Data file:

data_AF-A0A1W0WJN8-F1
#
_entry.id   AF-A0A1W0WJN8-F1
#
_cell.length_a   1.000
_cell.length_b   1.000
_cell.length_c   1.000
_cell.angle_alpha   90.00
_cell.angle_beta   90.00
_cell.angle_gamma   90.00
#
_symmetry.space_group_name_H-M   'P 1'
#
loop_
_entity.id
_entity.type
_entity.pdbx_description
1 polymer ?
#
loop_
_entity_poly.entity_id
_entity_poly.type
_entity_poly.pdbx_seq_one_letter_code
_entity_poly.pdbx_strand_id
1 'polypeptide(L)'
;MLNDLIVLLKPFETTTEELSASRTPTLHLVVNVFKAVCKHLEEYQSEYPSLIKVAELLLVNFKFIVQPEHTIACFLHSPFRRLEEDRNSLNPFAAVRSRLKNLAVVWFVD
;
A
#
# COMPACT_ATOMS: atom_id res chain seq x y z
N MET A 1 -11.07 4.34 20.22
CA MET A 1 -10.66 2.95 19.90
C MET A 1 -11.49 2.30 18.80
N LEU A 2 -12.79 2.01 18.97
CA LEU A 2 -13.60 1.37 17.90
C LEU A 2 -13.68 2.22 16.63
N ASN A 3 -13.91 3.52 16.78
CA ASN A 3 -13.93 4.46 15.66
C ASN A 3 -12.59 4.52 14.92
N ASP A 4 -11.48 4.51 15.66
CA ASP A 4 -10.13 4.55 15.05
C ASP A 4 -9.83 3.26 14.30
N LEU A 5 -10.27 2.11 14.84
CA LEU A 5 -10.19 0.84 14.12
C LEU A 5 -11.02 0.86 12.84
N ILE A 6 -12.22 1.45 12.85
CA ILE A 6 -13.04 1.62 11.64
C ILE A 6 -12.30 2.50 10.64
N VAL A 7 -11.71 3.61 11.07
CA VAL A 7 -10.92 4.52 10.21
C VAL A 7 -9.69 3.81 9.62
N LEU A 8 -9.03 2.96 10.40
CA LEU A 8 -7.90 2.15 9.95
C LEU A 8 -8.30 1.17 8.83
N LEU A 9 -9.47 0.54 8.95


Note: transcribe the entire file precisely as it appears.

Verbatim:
data_AF-A0A1W0WJN8-F1
#
_entry.id   AF-A0A1W0WJN8-F1
#
_cell.length_a   1.000
_cell.length_b   1.000
_cell.length_c   1.000
_cell.angle_alpha   90.00
_cell.angle_beta   90.00
_cell.angle_gamma   90.00
#
_symmetry.space_group_name_H-M   'P 1'
#
loop_
_entity.id
_entity.type
_entity.pdbx_description
1 polymer ?
#
loop_
_entity_poly.entity_id
_entity_poly.type
_entity_poly.pdbx_seq_one_letter_code
_entity_poly.pdbx_strand_id
1 'polypeptide(L)'
;MLNDLIVLLKPFETTTEELSASRTPTLHLVVNVFKAVCKHLEEYQSEYPSLIKVAELLLVNFKFIVQPEHTIACFLHSPFRRLEEDRNSLNPFAAVRSRLKNLAVVWFVD
;
A
#
# COMPACT_ATOMS: atom_id res chain seq x y z
N MET A 1 -11.07 4.34 20.22
CA MET A 1 -10.66 2.95 19.90
C MET A 1 -11.49 2.30 18.80
N LEU A 2 -12.79 2.01 18.97
CA LEU A 2 -13.60 1.37 17.90
C LEU A 2 -13.68 2.22 16.63
N ASN A 3 -13.91 3.52 16.78
CA ASN A 3 -13.93 4.46 15.66
C ASN A 3 -12.59 4.52 14.92
N ASP A 4 -11.48 4.51 15.66
CA ASP A 4 -10.13 4.55 15.05
C ASP A 4 -9.83 3.26 14.30
N LEU A 5 -10.27 2.11 14.84
CA LEU A 5 -10.19 0.84 14.12
C LEU A 5 -11.02 0.86 12.84
N ILE A 6 -12.22 1.45 12.85
CA ILE A 6 -13.04 1.62 11.64
C ILE A 6 -12.30 2.50 10.64
N VAL A 7 -11.71 3.61 11.07
CA VAL A 7 -10.92 4.52 10.21
C VAL A 7 -9.69 3.81 9.62
N LEU A 8 -9.03 2.96 10.40
CA LEU A 8 -7.90 2.15 9.95
C LEU A 8 -8.30 1.17 8.83
N LEU A 9 -9.47 0.54 8.95